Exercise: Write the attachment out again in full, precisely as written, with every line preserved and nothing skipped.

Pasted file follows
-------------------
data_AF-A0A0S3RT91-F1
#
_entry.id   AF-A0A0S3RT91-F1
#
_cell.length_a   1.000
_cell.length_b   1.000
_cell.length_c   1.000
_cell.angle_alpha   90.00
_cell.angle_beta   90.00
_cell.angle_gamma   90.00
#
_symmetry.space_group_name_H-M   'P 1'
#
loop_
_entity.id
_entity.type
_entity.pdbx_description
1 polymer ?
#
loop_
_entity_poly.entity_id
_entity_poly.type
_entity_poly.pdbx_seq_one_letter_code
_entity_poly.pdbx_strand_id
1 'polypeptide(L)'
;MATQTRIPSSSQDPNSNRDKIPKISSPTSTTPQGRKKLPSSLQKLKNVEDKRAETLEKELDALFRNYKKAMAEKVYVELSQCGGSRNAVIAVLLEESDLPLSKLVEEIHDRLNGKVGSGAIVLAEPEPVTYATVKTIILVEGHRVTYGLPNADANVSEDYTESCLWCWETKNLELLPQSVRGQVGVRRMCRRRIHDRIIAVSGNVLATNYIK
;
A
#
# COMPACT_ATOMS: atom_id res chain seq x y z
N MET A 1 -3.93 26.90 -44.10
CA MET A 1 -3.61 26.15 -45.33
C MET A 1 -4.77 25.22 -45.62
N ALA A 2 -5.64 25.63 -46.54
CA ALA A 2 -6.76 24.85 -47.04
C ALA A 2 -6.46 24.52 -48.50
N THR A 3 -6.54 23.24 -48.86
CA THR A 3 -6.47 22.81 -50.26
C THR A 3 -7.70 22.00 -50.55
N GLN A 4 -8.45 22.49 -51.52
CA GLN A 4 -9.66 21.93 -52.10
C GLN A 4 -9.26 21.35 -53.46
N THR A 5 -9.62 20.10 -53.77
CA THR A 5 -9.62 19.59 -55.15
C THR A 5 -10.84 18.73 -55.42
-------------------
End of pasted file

data_AF-A0A0S3RT91-F1
#
_entry.id   AF-A0A0S3RT91-F1
#
_cell.length_a   1.000
_cell.length_b   1.000
_cell.length_c   1.000
_cell.angle_alpha   90.00
_cell.angle_beta   90.00
_cell.angle_gamma   90.00
#
_symmetry.space_group_name_H-M   'P 1'
#
loop_
_entity.id
_entity.type
_entity.pdbx_description
1 polymer ?
#
loop_
_entity_poly.entity_id
_entity_poly.type
_entity_poly.pdbx_seq_one_letter_code
_entity_poly.pdbx_strand_id
1 'polypeptide(L)'
;MATQTRIPSSSQDPNSNRDKIPKISSPTSTTPQGRKKLPSSLQKLKNVEDKRAETLEKELDALFRNYKKAMAEKVYVELSQCGGSRNAVIAVLLEESDLPLSKLVEEIHDRLNGKVGSGAIVLAEPEPVTYATVKTIILVEGHRVTYGLPNADANVSEDYTESCLWCWETKNLELLPQSVRGQVGVRRMCRRRIHDRIIAVSGNVLATNYIK
;
A
#
# COMPACT_ATOMS: atom_id res chain seq x y z
N MET A 1 -3.93 26.90 -44.10
CA MET A 1 -3.61 26.15 -45.33
C MET A 1 -4.77 25.22 -45.62
N ALA A 2 -5.64 25.63 -46.54
CA ALA A 2 -6.76 24.85 -47.04
C ALA A 2 -6.46 24.52 -48.50
N THR A 3 -6.54 23.24 -48.86
CA THR A 3 -6.47 22.81 -50.26
C THR A 3 -7.70 22.00 -50.55
N GLN A 4 -8.45 22.49 -51.52
CA GLN A 4 -9.66 21.93 -52.10
C GLN A 4 -9.26 21.35 -53.46
N THR A 5 -9.62 20.10 -53.77
CA THR A 5 -9.62 19.59 -55.15
C THR A 5 -10.84 18.73 -55.42